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Publication numberUS5478218 A
Publication typeGrant
Application numberUS 08/328,863
Publication dateDec 26, 1995
Filing dateOct 25, 1994
Priority dateMar 23, 1994
Fee statusLapsed
Publication number08328863, 328863, US 5478218 A, US 5478218A, US-A-5478218, US5478218 A, US5478218A
InventorsInhoy Gu
Original AssigneeGu; Inhoy
Export CitationBiBTeX, EndNote, RefMan
External Links: USPTO, USPTO Assignment, Espacenet
Rotating-cylinder compressor
US 5478218 A
Abstract
A rotary gas compressor and vacuum pump apparatus which utilizes a central rotor with a slot formed therein to slidably receive a piston eccentrically connected onto a disk which covers the slot to form a cylinder is disclosed. The distance between the rotor axis and disk axis is equal to the distance between the disk axis and the off-center shaft axis, with all axes being parallel. Upon rotation of the disk, the rotor rotates at one-half the rotational velocity of the disk causing the piston to reciprocate in the cylinder, with gas flowing into the increasing cylinder volume and being compressed and discharged in the decreasing cylinder volume. This cyclic process continues with continued rotation of the central rotor.
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Claims(20)
What is claimed is:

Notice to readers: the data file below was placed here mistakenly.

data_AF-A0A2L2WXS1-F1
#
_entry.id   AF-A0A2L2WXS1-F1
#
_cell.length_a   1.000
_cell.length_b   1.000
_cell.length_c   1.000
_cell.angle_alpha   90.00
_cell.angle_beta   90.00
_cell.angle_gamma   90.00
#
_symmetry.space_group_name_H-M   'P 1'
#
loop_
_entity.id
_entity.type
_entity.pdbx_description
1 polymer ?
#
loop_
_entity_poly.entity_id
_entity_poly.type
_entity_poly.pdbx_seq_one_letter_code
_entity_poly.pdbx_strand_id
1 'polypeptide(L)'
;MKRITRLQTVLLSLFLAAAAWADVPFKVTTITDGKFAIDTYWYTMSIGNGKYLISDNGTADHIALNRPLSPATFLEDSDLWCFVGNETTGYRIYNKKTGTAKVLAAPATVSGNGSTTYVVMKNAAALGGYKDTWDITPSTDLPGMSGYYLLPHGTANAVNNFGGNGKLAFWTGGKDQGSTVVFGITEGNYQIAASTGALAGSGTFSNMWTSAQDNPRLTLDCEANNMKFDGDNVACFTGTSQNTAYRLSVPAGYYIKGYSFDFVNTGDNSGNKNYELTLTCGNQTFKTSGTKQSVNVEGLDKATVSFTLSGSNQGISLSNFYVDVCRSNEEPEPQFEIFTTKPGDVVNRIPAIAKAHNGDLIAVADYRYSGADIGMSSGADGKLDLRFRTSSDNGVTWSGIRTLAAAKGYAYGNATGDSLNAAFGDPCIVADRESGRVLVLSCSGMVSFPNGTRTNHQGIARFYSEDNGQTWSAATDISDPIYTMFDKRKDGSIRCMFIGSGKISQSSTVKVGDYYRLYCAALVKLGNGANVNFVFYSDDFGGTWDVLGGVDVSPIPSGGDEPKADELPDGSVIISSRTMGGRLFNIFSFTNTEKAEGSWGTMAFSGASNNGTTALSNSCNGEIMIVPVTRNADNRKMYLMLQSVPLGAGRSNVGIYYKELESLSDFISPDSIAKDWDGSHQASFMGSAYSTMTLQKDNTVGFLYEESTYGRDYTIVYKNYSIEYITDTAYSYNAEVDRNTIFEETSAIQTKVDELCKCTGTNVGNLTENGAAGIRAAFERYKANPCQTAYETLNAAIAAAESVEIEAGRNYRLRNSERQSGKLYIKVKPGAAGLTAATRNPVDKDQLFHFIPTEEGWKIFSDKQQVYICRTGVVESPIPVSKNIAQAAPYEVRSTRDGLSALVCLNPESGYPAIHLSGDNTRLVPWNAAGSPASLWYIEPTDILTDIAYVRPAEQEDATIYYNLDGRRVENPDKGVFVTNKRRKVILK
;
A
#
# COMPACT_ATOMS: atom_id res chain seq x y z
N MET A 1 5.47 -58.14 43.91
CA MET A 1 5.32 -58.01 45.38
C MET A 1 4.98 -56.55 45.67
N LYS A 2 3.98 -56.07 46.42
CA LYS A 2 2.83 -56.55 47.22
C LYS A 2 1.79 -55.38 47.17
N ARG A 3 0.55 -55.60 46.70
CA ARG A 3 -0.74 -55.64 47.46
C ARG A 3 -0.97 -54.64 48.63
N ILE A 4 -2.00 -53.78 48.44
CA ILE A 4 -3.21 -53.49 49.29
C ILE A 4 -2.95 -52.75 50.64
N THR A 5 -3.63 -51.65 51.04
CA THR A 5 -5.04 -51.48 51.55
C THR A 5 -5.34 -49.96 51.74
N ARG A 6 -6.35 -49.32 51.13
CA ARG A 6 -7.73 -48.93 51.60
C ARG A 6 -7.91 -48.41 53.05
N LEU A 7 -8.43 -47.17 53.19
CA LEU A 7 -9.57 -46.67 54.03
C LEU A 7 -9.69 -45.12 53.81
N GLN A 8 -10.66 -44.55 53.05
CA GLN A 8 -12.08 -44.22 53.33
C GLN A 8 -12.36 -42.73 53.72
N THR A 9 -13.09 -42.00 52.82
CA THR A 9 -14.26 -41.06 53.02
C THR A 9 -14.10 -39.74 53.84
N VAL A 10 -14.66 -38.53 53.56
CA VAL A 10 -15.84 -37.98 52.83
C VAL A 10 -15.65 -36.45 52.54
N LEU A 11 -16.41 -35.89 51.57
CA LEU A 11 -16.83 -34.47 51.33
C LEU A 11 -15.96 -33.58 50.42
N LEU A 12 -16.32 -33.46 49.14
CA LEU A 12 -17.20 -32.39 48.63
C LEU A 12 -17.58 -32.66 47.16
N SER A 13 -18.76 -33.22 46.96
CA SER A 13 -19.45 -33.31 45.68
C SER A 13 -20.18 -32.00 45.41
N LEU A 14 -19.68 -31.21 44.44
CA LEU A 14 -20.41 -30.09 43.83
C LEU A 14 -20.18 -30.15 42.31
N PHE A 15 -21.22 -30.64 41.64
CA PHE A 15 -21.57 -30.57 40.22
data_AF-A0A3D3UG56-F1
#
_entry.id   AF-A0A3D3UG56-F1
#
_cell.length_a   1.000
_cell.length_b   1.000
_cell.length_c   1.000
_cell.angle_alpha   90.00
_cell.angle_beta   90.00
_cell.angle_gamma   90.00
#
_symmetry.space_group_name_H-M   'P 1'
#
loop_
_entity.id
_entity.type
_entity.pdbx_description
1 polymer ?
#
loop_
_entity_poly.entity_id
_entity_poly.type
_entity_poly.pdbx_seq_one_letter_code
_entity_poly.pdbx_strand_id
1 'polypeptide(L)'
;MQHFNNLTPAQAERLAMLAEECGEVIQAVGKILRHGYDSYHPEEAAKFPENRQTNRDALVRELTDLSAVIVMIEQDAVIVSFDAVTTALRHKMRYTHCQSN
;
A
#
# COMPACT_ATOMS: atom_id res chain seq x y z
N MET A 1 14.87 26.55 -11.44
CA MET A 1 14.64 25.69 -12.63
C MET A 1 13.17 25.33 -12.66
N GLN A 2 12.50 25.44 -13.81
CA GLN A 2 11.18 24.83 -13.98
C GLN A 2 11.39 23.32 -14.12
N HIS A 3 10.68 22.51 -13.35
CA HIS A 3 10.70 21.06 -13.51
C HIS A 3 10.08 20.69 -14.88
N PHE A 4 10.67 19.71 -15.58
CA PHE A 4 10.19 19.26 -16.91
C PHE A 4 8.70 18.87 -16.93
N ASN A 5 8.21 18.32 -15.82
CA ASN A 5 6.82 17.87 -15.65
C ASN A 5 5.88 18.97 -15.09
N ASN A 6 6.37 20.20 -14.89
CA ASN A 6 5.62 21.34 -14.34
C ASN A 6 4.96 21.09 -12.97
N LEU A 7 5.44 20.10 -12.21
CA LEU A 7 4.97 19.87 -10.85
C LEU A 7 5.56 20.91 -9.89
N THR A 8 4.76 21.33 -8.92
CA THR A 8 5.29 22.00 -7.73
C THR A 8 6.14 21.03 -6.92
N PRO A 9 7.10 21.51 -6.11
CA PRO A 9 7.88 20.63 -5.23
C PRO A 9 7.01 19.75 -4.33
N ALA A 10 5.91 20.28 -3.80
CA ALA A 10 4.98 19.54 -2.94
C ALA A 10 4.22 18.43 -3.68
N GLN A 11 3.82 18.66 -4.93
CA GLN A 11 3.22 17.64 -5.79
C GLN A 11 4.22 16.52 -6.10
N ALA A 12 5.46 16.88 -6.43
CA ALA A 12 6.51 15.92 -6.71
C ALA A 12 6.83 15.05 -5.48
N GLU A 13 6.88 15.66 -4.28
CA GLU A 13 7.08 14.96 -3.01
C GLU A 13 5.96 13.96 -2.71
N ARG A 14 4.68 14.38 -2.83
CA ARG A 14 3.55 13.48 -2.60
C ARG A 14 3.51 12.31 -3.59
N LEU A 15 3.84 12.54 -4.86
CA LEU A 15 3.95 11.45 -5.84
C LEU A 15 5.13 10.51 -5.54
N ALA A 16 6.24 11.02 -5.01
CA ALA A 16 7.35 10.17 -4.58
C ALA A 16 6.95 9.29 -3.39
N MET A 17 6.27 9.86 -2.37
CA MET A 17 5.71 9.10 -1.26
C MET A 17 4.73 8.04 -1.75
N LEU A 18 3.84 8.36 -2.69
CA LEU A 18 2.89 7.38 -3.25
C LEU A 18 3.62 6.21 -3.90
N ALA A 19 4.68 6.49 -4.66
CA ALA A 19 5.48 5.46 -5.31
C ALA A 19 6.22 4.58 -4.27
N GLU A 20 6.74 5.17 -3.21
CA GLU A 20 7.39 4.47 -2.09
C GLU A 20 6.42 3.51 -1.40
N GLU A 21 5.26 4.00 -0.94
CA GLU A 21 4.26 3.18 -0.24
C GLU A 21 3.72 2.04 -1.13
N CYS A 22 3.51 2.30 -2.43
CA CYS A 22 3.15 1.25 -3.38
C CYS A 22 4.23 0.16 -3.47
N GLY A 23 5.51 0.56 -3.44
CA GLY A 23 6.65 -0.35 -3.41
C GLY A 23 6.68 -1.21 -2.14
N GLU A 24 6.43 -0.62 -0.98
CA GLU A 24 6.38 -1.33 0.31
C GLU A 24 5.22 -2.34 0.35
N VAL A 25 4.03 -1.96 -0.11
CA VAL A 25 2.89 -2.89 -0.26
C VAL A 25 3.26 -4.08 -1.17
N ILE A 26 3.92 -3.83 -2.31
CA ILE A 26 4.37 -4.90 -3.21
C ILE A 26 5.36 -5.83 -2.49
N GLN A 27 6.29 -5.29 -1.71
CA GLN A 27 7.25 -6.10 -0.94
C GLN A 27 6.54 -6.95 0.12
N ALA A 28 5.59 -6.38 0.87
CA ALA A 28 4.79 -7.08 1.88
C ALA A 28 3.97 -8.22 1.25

1. An apparatus for pumping or compressing gases comprising:
a central rotor (10) having a rotational axis O1, a first face (10A) and a second face (10B) with an open-ended slot (17, 18) formed perpendicular to said axis in each said face (10A, 10B);
a first disk (11) and a second disk (12) with each said disk having a rotational axis O2 spaced apart and parallel to said rotational axis O1 of said central rotor (10), a front surface (11A, 12A) and a back surface (11B, 12B) and each said back surface (11B, 12B) of each said disk (11, 12) in sliding contact with said first face (10A) and said second face (10B) of said central rotor (10), respectively, such that each said open-ended slot defines an open-ended cylinder (17A, 18A);
a first and a second off-center shaft (13, 14) eccentrically positioned on said back surface (11B, 12B) of each said disk (11, 12), and with each said off-center shaft having an axis O3 spaced apart and parallel to said respective rotational axis O2 of said first and said second disk, respectively;